Over the past month, I’ve seen a lot of sellers playing ‘listing shifting’. Unhappy that their house hasn’t sold, they move the listing to another broker. Almost universally, they blame their broker for their house not selling. In some cases, the blame is well founded. Some agents just aren’t very skilled at marketing or positioning a property. But recently, I’ve seen listings being shifted from some of the best agents in the county.
Sellers need to take some responsibility. The #1 reason a house doesn’t sell (or even get shown) is because its overpriced. Moving an overpriced listing to a new broker isn’t going to solve that problem. I’ve talked to at least a dozen sellers in the last month who have said some version of "I want to tell you about my house, because my [incompetent or some version thereof] agent isn’t even showing it." I ask them to describe the house and then ask the price. Inevitably, even without seeing the house, I can gauge that its vastly overpriced. I don’t care if your beautifully renovated farmhouse has gold faucets – if it sits right on the road, it isn’t going to fetch $500,000.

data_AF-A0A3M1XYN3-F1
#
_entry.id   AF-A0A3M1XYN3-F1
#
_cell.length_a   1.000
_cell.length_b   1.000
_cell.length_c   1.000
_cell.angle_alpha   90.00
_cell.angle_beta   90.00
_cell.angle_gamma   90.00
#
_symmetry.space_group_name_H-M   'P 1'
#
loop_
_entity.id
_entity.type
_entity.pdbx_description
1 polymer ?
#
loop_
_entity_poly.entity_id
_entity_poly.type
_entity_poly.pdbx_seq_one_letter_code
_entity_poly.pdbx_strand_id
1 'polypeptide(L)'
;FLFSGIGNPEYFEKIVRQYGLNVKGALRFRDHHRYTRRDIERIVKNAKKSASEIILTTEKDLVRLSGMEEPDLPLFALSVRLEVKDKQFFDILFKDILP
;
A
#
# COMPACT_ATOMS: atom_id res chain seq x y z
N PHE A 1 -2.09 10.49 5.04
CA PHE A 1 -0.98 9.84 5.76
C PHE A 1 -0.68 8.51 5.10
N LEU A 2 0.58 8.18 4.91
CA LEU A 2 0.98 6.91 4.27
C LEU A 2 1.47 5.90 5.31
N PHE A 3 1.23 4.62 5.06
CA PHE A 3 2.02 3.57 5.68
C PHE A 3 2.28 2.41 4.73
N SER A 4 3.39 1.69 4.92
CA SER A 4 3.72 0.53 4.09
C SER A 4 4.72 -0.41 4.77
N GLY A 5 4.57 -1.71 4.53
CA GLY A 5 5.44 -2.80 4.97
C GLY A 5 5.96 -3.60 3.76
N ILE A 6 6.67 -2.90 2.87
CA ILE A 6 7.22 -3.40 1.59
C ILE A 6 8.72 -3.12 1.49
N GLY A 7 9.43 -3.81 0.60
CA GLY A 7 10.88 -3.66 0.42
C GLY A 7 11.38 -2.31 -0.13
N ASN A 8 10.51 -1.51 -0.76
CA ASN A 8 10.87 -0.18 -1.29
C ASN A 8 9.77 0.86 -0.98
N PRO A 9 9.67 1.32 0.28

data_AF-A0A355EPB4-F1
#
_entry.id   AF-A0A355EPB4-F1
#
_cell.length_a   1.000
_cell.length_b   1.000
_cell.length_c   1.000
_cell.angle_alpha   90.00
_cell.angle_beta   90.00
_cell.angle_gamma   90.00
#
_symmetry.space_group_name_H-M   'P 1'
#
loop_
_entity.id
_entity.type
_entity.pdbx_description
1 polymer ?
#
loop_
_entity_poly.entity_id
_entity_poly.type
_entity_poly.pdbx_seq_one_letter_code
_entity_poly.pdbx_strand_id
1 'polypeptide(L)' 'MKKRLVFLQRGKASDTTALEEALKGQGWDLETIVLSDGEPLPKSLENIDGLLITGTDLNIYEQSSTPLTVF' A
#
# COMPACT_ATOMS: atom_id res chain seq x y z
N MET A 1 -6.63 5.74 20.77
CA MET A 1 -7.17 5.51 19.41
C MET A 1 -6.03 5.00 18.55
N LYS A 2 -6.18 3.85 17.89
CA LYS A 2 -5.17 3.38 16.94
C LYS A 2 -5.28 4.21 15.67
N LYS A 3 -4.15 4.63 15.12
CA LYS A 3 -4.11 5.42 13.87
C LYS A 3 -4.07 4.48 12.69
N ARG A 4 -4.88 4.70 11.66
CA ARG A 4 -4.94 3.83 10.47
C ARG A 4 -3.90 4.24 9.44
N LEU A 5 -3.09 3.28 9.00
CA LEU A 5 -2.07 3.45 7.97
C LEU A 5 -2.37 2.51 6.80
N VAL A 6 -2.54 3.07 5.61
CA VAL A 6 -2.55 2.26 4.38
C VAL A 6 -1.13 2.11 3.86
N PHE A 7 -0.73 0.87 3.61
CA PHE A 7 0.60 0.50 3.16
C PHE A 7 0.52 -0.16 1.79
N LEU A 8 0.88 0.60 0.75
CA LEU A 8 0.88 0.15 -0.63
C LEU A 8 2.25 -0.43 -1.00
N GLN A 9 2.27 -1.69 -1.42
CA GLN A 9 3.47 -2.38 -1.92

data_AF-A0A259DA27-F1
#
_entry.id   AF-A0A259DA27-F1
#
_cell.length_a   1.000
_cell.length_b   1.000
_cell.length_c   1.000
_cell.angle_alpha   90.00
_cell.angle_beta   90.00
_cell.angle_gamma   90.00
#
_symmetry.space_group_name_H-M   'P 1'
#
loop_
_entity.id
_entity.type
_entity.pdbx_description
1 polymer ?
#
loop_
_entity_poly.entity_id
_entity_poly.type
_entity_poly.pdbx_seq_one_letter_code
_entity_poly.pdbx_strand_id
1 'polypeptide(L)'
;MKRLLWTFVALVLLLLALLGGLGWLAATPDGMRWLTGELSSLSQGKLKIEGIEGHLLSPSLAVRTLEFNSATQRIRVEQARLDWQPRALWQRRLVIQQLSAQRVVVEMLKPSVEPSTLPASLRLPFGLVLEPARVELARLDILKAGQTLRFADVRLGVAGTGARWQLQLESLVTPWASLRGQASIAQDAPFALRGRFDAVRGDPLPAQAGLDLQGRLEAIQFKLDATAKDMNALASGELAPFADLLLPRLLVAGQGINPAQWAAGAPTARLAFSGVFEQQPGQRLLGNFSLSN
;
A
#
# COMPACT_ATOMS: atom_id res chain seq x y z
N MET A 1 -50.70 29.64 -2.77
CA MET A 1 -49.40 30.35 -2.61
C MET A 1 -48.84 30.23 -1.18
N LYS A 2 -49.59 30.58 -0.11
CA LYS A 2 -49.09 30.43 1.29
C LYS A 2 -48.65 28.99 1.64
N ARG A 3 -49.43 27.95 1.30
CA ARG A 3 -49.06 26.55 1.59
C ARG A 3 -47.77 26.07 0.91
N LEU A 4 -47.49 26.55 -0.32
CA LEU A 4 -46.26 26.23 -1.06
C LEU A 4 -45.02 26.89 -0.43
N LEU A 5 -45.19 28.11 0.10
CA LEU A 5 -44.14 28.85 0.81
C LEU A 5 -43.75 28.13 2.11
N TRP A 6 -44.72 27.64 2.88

The Multiple Listing System is a surprisingly efficient ‘market maker’ (even if your individual listing agent isn’t the brightest bulb in the chandelier.) If your listing in the MLS has reasonably good pictures, an accurate description and is priced right, it will get shown — even if your agent isn’t a crack marketer who works their networks to widen your audience.
Sellers, before you blame your agent and decide to move your listing, take a hard look at your property and price, and where it fits on the market. Look back and ask if your agent recommended a lower listing price and you insisted on a higher one. Ask your agent to review recent sales and current listings for houses similar to yours, and what you should be doing to increase the marketability of your property.